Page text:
Texas Tech running back Tahj Brooks is an example of a growing rarity in college football — the player that stays with a team for four seasons.
Brooks, now a senior, is entering his fourth season with the Red Raiders after two straight seasons as its leading rusher. And things could get better this season.
He won’t have to share time with SaRodorick Thompson. Not that he’s feeling the pressure of being the veteran back.
“No pressure,” said Brooks. “I’ve never had pressure, really, since my days in high school. I’m just ready to compete and get out there, play these teams and compete against them, see what they’re all about. We’re going to have a special group (in the running back room) and I can’t see what happens in the fall.”
Last season the Red Raiders went 8-5, with Brooks and Thompson working as a 1-2 punch. Brooks did lead the team in rushing with 691 yards, but only by seven yards over Thompson. He also led the team in carries and shared the team lead in rushing touchdowns with Thompson (seven each). It was only the fourth time two Red Raider running backs rushed for at least 600 yards in a season.
He also caught 26 passes for 164 yards and a touchdown. He was also Texas Tech’s highest-graded offensive player by Pro Football Focus (79.0).
His work in the passing game last season is something he hopes to build on this season. He’s worked with the same trainer who worked with several NFL backs, including Ezekiel Elliott. The goal was to make the 5-foot-10, 230-pound back quicker and more elusive and to rely less on running over defenders.
“For me, it’s being more than just a one-dimensional guy,” Brooks said. “I can catch the ball out of the backfield, I can line up in the slot and I can run some routes and help in that areas. If we have some receivers that go down, I can help in that area.”
Second-year offensive coordinator Zach Kittley has been tinkering with the offense, too, Brooks said. The goal?
“He’s a thinker,” Brooks said. “Anything that he sees from around college football, either in the run game or the pass game, for running backs. He’s going to apply that. Even in the spring and this offense, he’s been going through a lot of things to try and get the running backs the ball more. That could mean being in two-back more. We’ve been in three backs. We’ve been in pistol. So he’s just giving us different ways for the running backs to touch the ball and get on the field.”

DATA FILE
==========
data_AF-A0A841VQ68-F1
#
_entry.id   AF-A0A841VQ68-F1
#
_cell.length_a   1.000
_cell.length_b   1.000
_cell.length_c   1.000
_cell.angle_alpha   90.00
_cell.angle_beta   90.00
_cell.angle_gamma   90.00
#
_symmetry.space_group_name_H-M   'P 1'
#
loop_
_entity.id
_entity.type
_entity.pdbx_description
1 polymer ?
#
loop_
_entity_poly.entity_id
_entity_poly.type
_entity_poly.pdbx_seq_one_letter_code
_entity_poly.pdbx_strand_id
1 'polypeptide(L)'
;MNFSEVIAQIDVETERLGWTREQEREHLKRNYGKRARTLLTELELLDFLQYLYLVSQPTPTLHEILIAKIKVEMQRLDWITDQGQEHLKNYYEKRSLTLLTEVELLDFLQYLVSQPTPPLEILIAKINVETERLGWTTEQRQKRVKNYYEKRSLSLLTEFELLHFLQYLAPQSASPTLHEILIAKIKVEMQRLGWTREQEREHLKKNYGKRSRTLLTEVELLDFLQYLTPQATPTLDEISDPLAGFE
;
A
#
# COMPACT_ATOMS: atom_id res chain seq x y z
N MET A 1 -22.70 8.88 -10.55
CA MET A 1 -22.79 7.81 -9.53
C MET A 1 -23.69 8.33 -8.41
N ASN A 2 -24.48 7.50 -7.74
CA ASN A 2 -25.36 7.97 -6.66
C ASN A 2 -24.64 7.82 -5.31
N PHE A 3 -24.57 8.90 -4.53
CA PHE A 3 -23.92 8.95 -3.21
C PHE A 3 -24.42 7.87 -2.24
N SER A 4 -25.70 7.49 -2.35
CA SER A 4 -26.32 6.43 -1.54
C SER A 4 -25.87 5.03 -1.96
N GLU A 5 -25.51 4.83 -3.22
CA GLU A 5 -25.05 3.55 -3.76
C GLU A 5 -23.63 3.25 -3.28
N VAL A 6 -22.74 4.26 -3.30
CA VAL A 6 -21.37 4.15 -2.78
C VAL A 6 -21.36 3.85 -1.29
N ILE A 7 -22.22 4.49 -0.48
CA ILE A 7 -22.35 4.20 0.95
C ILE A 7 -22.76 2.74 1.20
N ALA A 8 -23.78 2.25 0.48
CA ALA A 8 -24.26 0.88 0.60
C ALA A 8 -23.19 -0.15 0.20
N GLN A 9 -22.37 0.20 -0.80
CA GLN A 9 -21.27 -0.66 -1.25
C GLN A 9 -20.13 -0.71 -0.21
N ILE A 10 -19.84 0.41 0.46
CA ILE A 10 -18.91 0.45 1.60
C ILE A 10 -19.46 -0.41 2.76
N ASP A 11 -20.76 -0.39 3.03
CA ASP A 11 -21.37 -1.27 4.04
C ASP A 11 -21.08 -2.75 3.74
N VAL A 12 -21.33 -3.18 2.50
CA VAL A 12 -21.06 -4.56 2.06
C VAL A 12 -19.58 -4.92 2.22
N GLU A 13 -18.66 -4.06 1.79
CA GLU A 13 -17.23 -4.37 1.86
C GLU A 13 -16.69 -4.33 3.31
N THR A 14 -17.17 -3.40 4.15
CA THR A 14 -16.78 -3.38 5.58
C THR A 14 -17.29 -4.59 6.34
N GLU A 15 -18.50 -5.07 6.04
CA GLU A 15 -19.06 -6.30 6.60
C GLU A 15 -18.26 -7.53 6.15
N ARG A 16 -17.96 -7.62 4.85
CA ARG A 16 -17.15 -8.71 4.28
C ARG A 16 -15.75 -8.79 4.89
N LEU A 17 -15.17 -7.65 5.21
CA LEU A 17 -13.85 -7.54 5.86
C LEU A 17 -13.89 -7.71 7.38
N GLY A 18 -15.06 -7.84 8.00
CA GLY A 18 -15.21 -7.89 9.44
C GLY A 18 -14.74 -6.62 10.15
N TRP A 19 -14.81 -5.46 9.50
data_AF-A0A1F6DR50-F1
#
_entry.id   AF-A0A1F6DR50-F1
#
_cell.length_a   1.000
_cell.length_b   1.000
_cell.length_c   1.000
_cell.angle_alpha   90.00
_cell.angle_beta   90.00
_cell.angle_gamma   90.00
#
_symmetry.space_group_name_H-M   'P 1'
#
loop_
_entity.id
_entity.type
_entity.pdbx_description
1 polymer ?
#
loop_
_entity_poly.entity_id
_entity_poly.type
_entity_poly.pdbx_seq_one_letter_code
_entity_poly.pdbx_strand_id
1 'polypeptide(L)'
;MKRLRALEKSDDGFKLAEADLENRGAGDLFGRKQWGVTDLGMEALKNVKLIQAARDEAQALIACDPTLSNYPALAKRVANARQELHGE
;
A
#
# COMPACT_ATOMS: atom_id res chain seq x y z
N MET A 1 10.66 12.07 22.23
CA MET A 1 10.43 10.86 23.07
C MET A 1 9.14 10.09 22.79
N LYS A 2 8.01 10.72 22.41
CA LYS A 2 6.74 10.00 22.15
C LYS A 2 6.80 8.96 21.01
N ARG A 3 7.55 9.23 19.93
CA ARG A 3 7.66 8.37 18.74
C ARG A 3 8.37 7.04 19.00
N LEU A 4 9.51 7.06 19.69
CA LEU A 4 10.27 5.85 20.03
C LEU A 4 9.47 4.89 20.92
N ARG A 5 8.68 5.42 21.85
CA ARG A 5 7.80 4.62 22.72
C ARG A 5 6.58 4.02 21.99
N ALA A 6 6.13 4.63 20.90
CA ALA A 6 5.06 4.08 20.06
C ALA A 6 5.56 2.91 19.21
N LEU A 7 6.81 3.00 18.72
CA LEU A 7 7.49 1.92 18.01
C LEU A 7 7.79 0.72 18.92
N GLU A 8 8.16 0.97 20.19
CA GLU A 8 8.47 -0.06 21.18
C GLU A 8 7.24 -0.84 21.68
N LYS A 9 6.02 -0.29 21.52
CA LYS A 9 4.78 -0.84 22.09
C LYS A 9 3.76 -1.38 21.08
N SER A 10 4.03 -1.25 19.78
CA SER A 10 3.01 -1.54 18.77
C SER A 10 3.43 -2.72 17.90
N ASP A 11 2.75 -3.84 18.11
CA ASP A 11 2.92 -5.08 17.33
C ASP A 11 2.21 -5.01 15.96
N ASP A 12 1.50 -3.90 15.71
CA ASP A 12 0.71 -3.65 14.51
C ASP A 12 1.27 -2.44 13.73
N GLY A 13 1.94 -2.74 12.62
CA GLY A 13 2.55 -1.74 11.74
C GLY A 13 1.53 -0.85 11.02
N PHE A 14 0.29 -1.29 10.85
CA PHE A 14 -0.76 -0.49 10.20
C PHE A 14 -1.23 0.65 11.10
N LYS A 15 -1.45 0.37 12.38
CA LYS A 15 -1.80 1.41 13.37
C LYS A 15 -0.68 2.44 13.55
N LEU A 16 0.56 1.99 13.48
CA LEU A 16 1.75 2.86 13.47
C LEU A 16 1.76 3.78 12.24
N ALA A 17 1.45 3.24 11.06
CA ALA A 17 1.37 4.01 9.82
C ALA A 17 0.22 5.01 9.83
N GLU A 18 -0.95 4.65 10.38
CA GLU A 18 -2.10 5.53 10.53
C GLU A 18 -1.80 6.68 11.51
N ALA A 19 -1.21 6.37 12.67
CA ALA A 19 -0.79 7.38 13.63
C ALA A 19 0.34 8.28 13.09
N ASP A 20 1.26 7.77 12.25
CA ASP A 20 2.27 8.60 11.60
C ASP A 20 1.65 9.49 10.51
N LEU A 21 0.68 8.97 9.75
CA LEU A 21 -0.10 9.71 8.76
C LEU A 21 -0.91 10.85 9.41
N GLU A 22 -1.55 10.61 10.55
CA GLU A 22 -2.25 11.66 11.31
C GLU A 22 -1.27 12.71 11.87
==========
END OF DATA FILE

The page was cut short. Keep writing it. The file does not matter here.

This could be his biggest season in Lubbock, but he’s been building the framework for this since he arrived before the 2020 season after he rushed for more than 4,400 yards and 65 total touchdowns for Manor (TX) High School. That freshman season he rushed for 255 yards and four touchdowns in 10 games and just 69 carries.
Brooks had his breakout season in 2021 as a sophomore. He missed four Big 12 games due to injury, but he also rushed for 568 yards and seven touchdowns on just 87 carries. He also caught six passes for 58 yards. Despite missing those four games, he still managed to outrush Thompson for the team’s rushing title by 68 yards, after Thompson led the team in rushing in 2019 and 2020.
Brooks had a brilliant start that season, rushing for 134 yards and two touchdowns against new Big 12 member Houston. After rushing for 103 yards in his second game against Stephen F. Austin, Brooks rushed for 237 yards, the most for a Red Raider through two games since Ricky Williams in 1998.
If he runs like the NFL backs he admires in 2023 — Josh Jacobs and Marshawn Lynch — the Red Raiders should be in for a big season from their top back.
You can find Matthew Postins on Twitter @PostinsPostcard.